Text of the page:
• Including a hashtag – averaged a 16% boost in Retweets

In the world of Twitter, Retweets = engagement with your content. People find it interesting, so they share it with their friends via a Retweet. So make sure to walk around your library once in awhile, take a smartphone photo, and include that photo with your tweet (or a video, quote, number, or hashtag).

Then see what happens!

Follow me on Twitter!

Twitter logo from Twitter

 

Engaging People via Twitter

Twitter recently created a new best practices site – check it out at media.twitter.com. There’s some really useful info there, but you have to wade through it a bit to find the good tidbits.

I did the wading for you – here’s the good stuff!

Best Practices on Engaging people via Twitter:

  • Use @mentions. This makes it more likely that people will find your conversation and join in.
  • Include photos and videos. Inserting media into tweets makes them more likely to get favorited and retweeted. Tweets with photos get 1.5x the number of Retweets compared to the average Tweet, and 2.3x the number of favorites.
  • Tweet regularly. Twitter users like to see conversations. Set a schedule if you need a reminder to Tweet.
  • Hold a Q & A live tweet session. This can be a fun way to involve other Twitter users.
  • Find conversations. Listen for people talking about you, and join in if it makes sense.
  • Use Hashtags. Picking the right hashtag is a great way to reach more readers and make your Tweet a part of a larger conversation. Including a hashtag can double engagement for individual journalists and boost it 1.5x for news organizations, for example. So in our industry, it can’t hurt either, right?
  • Show what happens “behind the scenes.” A fun way to connect with followers is to show them what happens behind the scenes.
  • Use a call to action and a hashtag together. specially for things like live tweeting, events, or a Q&A session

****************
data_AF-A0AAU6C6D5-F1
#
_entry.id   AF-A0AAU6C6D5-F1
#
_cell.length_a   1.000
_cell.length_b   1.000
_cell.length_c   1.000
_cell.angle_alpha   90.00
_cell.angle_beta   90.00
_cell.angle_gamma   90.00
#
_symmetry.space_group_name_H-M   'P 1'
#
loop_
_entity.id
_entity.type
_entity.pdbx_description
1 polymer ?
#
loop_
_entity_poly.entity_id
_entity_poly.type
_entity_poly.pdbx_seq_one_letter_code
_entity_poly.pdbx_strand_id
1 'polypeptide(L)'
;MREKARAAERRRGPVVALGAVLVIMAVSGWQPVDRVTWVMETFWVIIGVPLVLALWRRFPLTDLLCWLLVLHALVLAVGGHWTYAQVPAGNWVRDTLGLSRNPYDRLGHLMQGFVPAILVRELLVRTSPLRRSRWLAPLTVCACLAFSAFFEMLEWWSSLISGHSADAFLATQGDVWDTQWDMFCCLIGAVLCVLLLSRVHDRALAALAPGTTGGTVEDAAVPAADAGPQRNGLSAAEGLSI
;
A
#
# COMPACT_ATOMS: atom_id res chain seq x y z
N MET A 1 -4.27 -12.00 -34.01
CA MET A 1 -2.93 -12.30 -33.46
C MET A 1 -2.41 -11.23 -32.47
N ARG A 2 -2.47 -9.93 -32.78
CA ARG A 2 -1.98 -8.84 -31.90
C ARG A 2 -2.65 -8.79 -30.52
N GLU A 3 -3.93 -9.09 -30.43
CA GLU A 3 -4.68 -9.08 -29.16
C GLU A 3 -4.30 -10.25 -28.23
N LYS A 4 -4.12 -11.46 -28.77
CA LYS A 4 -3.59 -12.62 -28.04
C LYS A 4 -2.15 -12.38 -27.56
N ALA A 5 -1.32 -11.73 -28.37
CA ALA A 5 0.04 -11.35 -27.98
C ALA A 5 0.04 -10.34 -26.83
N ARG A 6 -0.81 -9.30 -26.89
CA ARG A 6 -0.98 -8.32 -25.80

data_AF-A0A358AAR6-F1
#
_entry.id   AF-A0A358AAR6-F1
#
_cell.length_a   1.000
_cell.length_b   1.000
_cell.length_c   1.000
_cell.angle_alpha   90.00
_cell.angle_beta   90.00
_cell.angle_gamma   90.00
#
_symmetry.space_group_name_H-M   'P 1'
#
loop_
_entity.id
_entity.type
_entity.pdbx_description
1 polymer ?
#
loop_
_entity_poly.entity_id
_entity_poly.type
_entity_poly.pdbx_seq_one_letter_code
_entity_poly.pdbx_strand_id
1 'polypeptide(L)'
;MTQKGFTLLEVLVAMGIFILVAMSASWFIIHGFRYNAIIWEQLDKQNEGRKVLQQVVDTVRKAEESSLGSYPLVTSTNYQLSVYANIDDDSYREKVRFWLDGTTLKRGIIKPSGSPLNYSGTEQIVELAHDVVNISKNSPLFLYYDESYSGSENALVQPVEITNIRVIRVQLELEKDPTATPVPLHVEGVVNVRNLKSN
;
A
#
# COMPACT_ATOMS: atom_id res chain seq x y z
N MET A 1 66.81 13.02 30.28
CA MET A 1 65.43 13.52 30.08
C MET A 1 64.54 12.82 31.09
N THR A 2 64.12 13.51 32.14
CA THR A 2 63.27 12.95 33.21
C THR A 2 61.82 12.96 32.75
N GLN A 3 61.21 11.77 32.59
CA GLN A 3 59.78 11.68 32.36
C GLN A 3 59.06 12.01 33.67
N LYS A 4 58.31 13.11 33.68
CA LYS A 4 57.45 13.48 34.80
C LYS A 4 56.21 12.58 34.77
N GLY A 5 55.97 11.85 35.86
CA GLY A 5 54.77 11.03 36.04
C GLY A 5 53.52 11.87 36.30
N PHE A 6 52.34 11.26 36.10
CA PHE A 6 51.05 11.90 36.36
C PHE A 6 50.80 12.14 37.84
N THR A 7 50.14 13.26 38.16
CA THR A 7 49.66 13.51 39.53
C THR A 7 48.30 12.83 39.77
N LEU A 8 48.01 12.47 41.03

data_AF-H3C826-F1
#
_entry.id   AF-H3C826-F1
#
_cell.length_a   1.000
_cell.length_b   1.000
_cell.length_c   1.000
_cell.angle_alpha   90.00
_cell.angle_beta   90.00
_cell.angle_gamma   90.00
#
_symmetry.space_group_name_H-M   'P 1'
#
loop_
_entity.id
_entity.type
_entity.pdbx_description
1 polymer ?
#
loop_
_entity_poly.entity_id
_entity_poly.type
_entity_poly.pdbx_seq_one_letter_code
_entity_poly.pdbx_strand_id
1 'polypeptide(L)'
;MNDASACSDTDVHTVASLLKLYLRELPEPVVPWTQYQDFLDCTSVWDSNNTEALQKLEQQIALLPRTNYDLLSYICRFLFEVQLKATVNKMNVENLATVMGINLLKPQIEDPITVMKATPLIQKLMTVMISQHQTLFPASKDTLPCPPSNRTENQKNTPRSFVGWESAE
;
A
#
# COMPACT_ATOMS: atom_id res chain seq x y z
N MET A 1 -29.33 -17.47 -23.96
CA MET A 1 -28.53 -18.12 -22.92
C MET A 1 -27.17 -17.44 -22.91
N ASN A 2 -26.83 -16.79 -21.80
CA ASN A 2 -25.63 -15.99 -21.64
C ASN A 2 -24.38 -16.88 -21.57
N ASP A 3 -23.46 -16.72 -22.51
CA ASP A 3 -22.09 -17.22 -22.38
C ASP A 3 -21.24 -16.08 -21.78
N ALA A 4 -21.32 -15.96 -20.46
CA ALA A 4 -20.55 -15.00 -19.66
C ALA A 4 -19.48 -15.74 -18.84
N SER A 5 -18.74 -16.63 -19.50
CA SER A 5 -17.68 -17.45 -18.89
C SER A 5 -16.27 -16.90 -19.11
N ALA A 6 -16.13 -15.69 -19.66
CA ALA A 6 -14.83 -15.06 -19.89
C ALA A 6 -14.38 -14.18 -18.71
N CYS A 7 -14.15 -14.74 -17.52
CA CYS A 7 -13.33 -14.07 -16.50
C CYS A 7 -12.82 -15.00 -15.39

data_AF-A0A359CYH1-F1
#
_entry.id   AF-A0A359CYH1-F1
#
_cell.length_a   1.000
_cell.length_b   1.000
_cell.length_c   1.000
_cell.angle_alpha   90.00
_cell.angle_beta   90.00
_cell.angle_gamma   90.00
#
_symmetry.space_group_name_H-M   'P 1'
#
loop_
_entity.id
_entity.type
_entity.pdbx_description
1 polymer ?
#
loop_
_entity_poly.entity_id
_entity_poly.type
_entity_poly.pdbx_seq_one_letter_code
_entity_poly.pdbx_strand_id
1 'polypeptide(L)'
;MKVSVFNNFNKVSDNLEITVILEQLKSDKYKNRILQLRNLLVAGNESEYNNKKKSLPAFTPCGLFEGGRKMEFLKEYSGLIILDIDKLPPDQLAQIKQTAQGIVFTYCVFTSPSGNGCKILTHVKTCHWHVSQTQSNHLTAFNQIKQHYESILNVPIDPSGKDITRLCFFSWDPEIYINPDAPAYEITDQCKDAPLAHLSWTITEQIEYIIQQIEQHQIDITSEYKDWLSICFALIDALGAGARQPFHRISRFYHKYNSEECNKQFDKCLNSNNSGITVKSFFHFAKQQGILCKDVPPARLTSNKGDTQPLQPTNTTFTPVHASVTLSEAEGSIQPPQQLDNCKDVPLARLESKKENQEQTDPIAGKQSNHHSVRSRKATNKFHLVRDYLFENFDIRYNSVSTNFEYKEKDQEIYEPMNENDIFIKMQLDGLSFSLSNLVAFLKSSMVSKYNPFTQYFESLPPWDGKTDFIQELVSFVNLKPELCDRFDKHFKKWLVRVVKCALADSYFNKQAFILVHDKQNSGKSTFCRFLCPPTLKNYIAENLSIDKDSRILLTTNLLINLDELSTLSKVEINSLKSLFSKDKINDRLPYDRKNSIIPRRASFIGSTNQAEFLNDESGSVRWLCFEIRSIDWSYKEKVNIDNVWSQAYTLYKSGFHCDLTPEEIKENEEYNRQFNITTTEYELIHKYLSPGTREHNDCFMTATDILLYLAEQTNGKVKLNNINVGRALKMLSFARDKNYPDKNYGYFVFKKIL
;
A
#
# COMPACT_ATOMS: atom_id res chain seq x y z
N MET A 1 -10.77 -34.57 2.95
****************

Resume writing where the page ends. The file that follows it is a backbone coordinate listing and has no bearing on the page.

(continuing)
• Vine videos are useful, too. Vine videos drive high engagement (Retweets and favorites).

And an interesting tip. Are you familiar with this command – .@ (a @reply command with a period?)? I wasn’t. Here’s what it does: Tweets that have a period (.) before the @reply are meant to be seen by all of a user’s followers, not just those who follow both the sender and receiver. Twitter calls a normal @reply narrowcasting, and a .@reply broadcasting. Interesting!

Are you successfully connecting with customers through Twitter? I’d love to hear about it! Share in the comments. Thanks! Oh, and feel free to follow me on Twitter too, while you’re at it :-)

Photo by Maryland GovPics

What do you Want from your Facebook Page?

looking closer at Facebook PagesThinking a bit more about my last post on using Facebook ads to actively seek out new fans … Why try to get more fans in the first place?

Another way to ask that – What exactly do you want from a Facebook Page?

Here’s a list of 5 things libraries might want out of a Facebook Page. These five things are a happy convergence of stuff Facebook is good at, and stuff that libraries (and other organizations) might find useful, too. See what you think, and add to my list!

Five things a Facebook Page is good for:

  1. Visibility – the more we interact, the more we are “seen” in Facebook. Which means that more people see our posts about library stuff.
  2. Listening – we share, but we also listen to our customers. They say stuff about us on Facebook! Some good stuff, some bad stuff. It’s a place to answer questions, to field complaints, and to actively ask for input. For free.
  3. Advocacy – this one’s huge, and should be a constant. Share good stuff about the library, and point out when we see customers saying good stuff about us.
  4. Purposeful Engagement – why gather a crowd if you don’t ask them to do anything? We should be including Calls to Action in our Facebook Posts, on specific things we want our customers to actually do. That might mean Liking the page, or it might mean attending a movie at the library. We need to start asking … and then measuring results.
  5. Conversions – Doing that Purposeful Engagement thing in #4 can lead to “conversions.” What’s a conversion? Simply stated, a conversion in social media is when your ask turns into their action. For example, if you ask Facebook Page visitors to register for an event at the library (and supply a link to the registration form), and 20 people actually click the link and fill out the form, that equals 20 conversions. Conversions can be measured and improved upon. But the important point here – you WANT conversions. You want to drive your Facebook Page visitors and fans to actually DO something – to interact with and engage your library. Conversions provides a way to measure that interaction.

Those are my five things … What are yours?

Photo by Flood